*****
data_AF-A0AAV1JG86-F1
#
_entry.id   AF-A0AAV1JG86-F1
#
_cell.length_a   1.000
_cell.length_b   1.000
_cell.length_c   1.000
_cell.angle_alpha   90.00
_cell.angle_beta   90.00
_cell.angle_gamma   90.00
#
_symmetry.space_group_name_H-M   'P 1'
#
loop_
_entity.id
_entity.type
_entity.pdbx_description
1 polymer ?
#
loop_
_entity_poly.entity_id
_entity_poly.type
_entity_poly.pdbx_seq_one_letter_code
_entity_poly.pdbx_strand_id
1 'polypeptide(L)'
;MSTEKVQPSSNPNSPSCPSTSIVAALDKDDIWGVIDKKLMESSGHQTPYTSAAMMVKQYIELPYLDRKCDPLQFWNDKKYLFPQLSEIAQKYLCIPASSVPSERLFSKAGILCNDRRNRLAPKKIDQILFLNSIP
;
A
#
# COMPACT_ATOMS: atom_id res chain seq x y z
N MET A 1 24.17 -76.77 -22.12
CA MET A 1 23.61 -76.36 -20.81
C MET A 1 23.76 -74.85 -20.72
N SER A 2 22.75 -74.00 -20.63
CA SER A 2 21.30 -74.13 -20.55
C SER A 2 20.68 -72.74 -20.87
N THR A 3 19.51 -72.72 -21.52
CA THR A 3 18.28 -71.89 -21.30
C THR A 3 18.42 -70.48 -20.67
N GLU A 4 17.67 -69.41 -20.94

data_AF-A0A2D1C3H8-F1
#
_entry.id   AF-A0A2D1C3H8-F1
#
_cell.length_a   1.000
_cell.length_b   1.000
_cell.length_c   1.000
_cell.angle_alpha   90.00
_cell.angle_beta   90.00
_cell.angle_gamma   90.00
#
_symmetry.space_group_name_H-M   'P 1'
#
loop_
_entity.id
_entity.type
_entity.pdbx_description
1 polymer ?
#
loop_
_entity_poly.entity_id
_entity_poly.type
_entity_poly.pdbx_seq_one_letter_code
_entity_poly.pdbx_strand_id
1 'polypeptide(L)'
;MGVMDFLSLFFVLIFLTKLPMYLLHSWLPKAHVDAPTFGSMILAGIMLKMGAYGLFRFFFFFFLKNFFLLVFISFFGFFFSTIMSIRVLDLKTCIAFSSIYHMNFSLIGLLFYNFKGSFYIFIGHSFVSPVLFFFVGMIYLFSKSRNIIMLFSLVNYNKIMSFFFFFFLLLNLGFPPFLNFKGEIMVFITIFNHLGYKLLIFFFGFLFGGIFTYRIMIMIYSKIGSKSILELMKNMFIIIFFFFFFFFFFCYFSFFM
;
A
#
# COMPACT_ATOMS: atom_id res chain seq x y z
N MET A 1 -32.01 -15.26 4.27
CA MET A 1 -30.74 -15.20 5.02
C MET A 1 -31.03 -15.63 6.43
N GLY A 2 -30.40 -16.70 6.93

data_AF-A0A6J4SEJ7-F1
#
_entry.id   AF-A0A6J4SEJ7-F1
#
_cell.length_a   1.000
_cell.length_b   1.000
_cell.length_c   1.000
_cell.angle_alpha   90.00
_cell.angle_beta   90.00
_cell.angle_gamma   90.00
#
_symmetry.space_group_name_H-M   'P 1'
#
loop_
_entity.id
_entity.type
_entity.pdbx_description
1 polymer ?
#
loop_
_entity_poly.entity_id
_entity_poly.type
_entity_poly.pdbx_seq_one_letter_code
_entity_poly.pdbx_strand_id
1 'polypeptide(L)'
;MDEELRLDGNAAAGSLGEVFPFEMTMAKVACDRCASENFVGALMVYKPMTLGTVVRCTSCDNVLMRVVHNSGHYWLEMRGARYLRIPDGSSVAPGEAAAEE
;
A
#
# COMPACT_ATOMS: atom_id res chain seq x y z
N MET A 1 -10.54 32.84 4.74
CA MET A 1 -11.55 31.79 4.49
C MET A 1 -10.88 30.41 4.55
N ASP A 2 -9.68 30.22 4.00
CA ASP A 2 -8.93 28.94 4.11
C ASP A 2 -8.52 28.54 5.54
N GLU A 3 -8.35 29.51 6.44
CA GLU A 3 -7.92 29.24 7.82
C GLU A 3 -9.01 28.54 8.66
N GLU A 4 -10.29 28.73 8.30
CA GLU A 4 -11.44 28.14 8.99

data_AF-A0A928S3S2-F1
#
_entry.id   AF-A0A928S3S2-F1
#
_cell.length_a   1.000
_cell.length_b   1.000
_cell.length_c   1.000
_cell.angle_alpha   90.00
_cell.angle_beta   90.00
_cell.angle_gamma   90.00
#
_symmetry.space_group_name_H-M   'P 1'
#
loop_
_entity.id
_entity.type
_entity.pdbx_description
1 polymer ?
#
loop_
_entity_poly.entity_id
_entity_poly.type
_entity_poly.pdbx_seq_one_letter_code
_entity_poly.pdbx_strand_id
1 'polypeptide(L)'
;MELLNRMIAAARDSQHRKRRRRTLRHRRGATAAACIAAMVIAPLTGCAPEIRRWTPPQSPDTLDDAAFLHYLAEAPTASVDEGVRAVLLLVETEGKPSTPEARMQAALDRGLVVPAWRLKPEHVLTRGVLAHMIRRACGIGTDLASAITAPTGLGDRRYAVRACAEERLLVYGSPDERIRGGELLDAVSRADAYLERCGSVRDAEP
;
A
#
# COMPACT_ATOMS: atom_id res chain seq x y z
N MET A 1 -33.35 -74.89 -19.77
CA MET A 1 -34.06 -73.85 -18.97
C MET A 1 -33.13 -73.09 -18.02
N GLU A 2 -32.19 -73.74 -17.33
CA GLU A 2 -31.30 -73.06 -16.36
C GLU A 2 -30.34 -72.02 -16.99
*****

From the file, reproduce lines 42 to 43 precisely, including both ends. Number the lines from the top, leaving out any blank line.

#
_entry.id   AF-A0A2D1C3H8-F1